Trisanku episode
When a proud King Trisanku asked his guru, Vasishta, to send him to heaven in his own body, the guru responded that the body cannot ascend to heaven.
King Trisanku then asked Vasishta's seven sons to send him to heaven. The sons, outraged that Trisanku should not come to them when their father had refused, cursed him to be a chandala, or untouchable.
Having taken pity on Trishanku, he willingly exhausted all the punya he gained from his tapas, to enable him to ascend to the heavens. Angered, Visvamitra used his yogic powers and ordered Trisanku to rise to heaven. Miraculously, Trisanku rose into the sky until he reached heaven, where he was pushed back down by Indra.
Enraged even more by this, the powerful Visvamitra then commenced the creation of another heaven for Trisanku.
Trisanku, however, did not enjoy Trisanku Svarga, he remained fixed in the sky and was transformed into a constellation.  
In the process of forming a new universe, Vishvamitra used up all the tapas he had gained from his austerities. Therefore after the Trisanku episode, Vishvamitra had to start his prayers again to attain the status of a Brahma Rishi, to equal Vashistha.
Harishchandra's Sacrifice( not much known).
While undertaking a penance, Kaushika helps a boy named Shunashepa who has been sold by his parents to be sacrificed at Harishchandra's yagna to please Varuna, the God of the Oceans. The king's son Rohit does not want to be the one sacrificed, as was originally promised to Varuna, so young Sunashep is being taken. A devastated and terrified Sunashepa falls at the feet of Kaushika, who is deep in meditation, and begs for his help.
Kaushika teaches secret mantras to Sunashepa. The boy sings these mantras at the ceremony, and is blessed by Indra and Varuna, and Harishchandra's ceremony is also completed.
In the Indian epic Ramayana, Vishvamitra is the preceptor of Rama, prince of Ayodhya and the seventh Avatara of Vishnu, and his brother Lakshmana.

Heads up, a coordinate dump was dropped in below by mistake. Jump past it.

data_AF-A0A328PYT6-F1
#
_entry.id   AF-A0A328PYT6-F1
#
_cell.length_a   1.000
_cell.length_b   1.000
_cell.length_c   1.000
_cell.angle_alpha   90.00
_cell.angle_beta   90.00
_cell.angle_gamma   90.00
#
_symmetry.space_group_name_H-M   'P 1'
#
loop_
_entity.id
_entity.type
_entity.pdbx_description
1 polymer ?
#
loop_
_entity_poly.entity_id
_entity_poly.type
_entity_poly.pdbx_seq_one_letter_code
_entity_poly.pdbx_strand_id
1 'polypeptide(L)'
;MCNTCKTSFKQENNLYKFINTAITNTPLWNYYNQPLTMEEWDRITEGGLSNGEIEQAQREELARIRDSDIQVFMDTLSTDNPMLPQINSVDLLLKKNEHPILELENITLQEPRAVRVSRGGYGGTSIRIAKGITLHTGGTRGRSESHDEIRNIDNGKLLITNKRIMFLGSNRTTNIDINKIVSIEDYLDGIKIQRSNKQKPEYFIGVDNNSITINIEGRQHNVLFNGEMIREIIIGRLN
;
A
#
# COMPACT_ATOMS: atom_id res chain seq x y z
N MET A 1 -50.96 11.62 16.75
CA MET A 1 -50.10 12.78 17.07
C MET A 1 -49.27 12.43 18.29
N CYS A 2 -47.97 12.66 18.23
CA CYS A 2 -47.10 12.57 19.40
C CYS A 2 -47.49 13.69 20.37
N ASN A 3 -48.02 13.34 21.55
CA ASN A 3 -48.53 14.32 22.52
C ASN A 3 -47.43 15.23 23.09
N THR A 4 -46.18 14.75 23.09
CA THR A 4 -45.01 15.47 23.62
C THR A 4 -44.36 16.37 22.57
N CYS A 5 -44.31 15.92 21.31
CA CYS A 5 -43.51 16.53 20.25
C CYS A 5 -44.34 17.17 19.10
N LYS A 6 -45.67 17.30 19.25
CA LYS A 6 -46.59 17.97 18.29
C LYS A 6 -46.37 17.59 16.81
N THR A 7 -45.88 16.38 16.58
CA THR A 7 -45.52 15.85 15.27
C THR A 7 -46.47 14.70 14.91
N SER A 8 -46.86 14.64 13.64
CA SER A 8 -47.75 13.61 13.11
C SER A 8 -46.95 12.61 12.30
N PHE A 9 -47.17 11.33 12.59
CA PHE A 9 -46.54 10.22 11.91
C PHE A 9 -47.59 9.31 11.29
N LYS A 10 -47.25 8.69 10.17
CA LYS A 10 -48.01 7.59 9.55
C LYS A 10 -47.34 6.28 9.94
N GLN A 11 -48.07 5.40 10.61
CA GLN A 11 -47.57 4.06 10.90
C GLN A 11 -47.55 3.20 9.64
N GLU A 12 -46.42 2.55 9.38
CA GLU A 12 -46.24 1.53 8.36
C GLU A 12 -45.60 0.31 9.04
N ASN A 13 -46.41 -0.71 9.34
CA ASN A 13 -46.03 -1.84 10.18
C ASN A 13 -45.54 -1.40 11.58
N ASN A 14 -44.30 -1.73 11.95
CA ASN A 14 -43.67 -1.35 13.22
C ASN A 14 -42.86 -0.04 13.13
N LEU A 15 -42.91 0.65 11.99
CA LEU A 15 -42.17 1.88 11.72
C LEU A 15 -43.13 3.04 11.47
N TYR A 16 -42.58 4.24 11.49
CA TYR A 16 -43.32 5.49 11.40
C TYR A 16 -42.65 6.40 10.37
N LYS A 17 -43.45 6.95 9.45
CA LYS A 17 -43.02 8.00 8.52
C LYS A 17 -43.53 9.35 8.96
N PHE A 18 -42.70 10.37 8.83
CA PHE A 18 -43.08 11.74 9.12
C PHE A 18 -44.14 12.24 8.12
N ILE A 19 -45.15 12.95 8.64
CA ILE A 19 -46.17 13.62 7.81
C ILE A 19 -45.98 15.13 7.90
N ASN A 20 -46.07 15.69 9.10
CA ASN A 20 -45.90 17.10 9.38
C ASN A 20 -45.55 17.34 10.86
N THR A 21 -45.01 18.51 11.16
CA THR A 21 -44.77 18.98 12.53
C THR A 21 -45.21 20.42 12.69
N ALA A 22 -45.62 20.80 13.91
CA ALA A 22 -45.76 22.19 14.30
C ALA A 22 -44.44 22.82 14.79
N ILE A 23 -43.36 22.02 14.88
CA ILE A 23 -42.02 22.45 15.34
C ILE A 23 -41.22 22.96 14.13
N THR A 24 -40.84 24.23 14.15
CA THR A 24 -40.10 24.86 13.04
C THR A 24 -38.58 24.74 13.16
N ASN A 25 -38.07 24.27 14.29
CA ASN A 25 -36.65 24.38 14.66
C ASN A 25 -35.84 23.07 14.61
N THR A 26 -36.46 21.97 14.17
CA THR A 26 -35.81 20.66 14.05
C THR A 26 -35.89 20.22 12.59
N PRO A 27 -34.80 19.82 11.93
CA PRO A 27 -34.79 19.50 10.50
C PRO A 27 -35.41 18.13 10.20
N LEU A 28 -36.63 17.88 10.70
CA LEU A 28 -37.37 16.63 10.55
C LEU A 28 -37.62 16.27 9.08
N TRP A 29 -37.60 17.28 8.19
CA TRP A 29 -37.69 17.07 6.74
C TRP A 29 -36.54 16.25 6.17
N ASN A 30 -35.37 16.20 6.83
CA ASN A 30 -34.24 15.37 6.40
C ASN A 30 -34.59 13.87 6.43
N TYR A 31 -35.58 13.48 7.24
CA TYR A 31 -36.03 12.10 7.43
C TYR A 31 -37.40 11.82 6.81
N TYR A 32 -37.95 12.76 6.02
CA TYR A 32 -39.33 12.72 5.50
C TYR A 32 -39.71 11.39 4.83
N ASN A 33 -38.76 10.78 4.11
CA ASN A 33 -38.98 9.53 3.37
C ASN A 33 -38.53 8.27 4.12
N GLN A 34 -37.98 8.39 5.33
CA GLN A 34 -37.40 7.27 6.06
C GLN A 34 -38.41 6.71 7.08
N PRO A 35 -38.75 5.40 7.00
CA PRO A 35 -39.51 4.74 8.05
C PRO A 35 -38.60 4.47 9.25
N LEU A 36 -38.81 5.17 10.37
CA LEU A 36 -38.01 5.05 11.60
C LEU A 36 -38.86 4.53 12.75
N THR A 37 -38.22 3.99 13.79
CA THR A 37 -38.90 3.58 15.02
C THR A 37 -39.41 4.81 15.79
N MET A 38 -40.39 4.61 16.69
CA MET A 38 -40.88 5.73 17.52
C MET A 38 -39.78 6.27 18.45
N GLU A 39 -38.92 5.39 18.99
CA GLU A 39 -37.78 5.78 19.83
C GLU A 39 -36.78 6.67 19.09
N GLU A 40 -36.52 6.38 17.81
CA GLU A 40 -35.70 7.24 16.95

There are two Gothras, or lineages, bearing the name of Visvamitra.
Visvamitra Gothra off shoots
People belonging to the Visvamitra Gothra consider Brahmarishi Visvamitra as their ancestor.
There is an off-shoot of "Vishvamitra Gothra" called "Chakita Vishvamitra Gothra more likely, explanation, is that a group of descendants decided to split from the main group and started their own branch of this line.
People belonging to Kaushika (Kaushik/ Kousika/Kousikasa/Koushika/Kausika) Gothra take Rajarishi Kausika as their root.
Kausika was one of the names of Visvamitra.11 Royal clans of 96 clan of Marathas belong to Kaushik Gothra including the illustrious house of Shivaji and Rashtrakutas
Some brahmins in South Gujarat, Tamil Nadu and Andhra Pradesh also have Kaushik/Koushik as a family Gothra. Some of the kumauni region brahmin like Bhatt also belongs to Kaushik Gothra.
Vasistha, in Hindu mythology was one of the Saptarishis (Seven Great Sages Rishi) in the seventh, i.e the present Manvantara,[1] and the Rajpurohit / Rajguru of the Suryavamsha or Solar Dynasty. He was the manasaputra of Brahma. He had in his possession the divine cow Kamadhenu, and Nandini her child, who could grant anything to their owners.
Arundhati is the name of the wife of Vashisht Vashisht is credited as the chief author of Mandala 7 of the Rigveda. Vashisht and his family are glorified in RV 7.33.